Lightning hopes to work its Game 2 bounce-back magic

Washington Capitals center Lars Eller (20) celebrates his second-period goal against the Lightning in Game 1 in the Eastern Conference final. (DIRK SHADD   |   Times)
Washington Capitals center Lars Eller (20) celebrates his second-period goal against the Lightning in Game 1 in the Eastern Conference final. (DIRK SHADD | Times)
Published May 13 2018

TAMPA — Lightning coach Jon Cooper was asked Sunday morning if he planned any changes for tonight's game against the Capitals.

"No," he said.

Then he added, "The only changes needed is everyone has to play way better."

The Lightning faced the Capitals in what was officially Game 2 of the Eastern Conference final, though it could have gone by another name: bounce-back day.

After its performance in Friday's 4-2 loss, the Lightning needed to do just that or find itself down 0-2 in the best-of-seven series that shifts to Washington D.C. for Games 3 and 4.

Luckily for the Lightning, bouncing back in Game 2 after a Game 1 loss is something it has nearly mastered.

The Lightning has dropped Game 1 seven times under Cooper. It evened the series five times in the next game and continued on to win four of the six series in which it dropped the first game.

Lightning general manager Steve Yzerman acquired veteran forward Chris Kunitz and veteran defenseman Dan Girardi in the offseason, then added veteran defenseman Ryan McDonagh and veteran center J.T. Miller at the trade deadline to fill some needs in the lineup and to add playoff experience to the roster.

The Lightning will need to rely on that experience tonight.

"I think we have a veteran group who's been through a lot of this before, dealt with being down in series, not having a great game in a playoff game then coming back and responding," forward Ryan Callahan said. "This isn't a situation we want to be in after not having our best effort in Game 1, but now we have to respond."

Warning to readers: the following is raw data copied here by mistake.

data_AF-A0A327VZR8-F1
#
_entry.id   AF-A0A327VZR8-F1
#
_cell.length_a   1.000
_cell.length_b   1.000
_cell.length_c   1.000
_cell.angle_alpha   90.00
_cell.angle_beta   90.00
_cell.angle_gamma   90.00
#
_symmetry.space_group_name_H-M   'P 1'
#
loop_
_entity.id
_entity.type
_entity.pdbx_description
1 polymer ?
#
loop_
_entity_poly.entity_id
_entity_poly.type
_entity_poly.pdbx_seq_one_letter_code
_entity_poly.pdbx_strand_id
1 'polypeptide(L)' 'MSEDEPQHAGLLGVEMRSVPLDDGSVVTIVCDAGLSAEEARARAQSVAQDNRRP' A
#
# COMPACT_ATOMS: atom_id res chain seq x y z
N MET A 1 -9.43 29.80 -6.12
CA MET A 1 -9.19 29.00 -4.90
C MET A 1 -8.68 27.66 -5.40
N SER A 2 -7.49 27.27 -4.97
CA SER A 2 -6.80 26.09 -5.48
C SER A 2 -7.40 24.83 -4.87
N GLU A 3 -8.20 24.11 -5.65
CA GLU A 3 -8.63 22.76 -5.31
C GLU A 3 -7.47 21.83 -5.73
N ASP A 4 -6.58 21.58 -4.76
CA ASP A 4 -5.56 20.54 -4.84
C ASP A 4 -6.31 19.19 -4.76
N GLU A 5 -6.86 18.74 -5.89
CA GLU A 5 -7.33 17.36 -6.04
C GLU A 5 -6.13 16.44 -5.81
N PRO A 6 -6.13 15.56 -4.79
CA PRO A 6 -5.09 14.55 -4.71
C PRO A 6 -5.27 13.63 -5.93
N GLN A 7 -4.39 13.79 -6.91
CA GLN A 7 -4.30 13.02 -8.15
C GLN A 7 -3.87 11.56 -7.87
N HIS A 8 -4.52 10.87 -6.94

The question is: How?

The answer?

"Respond. Play the way we can. It's not a new recipe. It's not reinventing the wheel here," Callahan said. "We just have to play like we know how."

Use its speed to create mismatches on the ice. Play better defense. Be more aggressive on offense. Shoot more. Stay out of the penalty box. Do a better of protecting the net and making things easier for goalie Andrei Vasilevskiy.

Those parts of the Lightning game — the parts that served it so well during the first two rounds — were missing Friday.

The Lightning did not help itself early Game 1 when it had the puck in the offensive zone but did not put it on net. The Lightning finished the period down 2-0 with the second goal coming with 2 seconds remaining after a too many men on the ice penalty by Nikita Kucherov led to a faceoff in front of Vasilevskiy and a quick power play goal by Alex Ovechkin.

But, had the Lightning been more aggressive with the puck when it had it in front of the Washington net, who knows how the period would have played out.

"To be honest, I think that set a little bit of a negative tone to our game, especially in the first five or six minutes," Cooper said. "We had chances and didn't shoot. There were 10 minutes in the game I looked up and I don't know if we had a shot yet. We were in their zone a considerable amount of time, so for sure that has to change."

It is a good trait for a team to respond to a bad Game 1 loss. The Lightning did just that in Game 2 against the Bruins, when it won the first of four-straight to close out the series.

Cooper said he knows of a better trait.

"Don't have a bad first game and then we don't have to answer those questions," Cooper said. "It's unfortunate we put ourselves in this position to bounce back because it's a dangerous business when you're down by playing a bad first game. The guys, it's kind of been a little bit of a habit for them that when they've been pushed against the wall they usually respond."

But, as Cooper often says when referring to the other team, the Capitals have a vote in what happened in Game 2. Caps coach Barry Trotz said Saturday morning that he expected some push-back from the Lightning in Game 2. He expected his team to pick up their intensity, as well.

"Do I anticipate us playing a better game? I do. But I anticipate Washington playing a better game, too," Cooper said. "They're looking at right now, they can go up 2-0. What an advantage it would be for them. Definitely the pressure is on us, but the boys have responded well, and I think they'll do it again."

Contact Roger Mooney at [email protected] Follow @rogermooney50.